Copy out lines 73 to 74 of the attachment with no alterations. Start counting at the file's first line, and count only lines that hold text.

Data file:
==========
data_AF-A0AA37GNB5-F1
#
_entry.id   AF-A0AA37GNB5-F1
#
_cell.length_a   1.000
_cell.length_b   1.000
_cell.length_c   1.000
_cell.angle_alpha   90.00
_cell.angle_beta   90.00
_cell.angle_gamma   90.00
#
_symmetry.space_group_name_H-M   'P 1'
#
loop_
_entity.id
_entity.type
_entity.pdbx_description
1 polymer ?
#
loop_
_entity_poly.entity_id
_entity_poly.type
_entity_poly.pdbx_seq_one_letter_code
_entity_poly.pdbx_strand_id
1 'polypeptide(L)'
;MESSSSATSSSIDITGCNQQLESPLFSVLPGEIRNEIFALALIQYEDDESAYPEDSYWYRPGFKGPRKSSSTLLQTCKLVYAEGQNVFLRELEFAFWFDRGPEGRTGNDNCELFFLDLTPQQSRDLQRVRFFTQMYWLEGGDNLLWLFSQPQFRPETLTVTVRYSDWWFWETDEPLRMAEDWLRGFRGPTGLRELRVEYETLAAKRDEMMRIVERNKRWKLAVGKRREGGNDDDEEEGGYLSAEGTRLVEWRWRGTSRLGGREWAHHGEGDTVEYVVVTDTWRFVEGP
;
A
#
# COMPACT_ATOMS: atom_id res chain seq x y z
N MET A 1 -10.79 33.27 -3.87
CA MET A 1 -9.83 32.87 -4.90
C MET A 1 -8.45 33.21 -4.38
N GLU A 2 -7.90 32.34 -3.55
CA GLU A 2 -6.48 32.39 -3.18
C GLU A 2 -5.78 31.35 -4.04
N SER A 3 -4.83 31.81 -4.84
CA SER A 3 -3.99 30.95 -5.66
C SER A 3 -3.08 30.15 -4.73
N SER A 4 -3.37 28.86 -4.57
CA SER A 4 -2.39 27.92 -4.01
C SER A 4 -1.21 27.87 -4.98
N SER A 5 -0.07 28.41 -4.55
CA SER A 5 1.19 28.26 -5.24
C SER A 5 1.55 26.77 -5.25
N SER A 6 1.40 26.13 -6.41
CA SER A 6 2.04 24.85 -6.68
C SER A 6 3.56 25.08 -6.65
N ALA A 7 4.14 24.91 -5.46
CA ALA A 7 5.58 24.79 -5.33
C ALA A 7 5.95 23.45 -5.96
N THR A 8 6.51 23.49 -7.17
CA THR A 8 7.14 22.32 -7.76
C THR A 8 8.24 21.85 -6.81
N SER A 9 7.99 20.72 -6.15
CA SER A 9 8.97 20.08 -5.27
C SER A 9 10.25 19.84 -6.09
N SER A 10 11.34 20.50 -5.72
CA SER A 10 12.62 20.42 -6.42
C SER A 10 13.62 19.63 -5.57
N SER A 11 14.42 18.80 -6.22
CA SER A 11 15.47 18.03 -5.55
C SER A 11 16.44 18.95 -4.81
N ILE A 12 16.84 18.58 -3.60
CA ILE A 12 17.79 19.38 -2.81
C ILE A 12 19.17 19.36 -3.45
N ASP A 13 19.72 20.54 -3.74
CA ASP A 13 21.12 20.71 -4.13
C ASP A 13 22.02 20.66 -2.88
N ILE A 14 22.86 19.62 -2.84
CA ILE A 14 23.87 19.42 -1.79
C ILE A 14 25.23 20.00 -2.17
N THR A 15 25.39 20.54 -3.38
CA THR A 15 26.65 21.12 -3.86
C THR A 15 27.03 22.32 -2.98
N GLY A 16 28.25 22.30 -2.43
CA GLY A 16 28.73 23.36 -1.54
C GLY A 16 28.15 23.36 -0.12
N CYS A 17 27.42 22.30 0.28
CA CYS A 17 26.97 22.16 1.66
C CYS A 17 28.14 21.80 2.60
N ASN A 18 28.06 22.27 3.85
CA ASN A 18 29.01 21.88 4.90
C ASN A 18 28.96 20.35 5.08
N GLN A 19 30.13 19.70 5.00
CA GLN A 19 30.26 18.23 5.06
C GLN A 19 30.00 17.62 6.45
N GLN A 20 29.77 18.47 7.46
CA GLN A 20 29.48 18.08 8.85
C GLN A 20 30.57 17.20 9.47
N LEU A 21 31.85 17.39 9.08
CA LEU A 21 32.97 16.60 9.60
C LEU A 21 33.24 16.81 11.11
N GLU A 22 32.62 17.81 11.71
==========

N THR A 15 25.39 20.54 -3.38
CA THR A 15 26.65 21.12 -3.86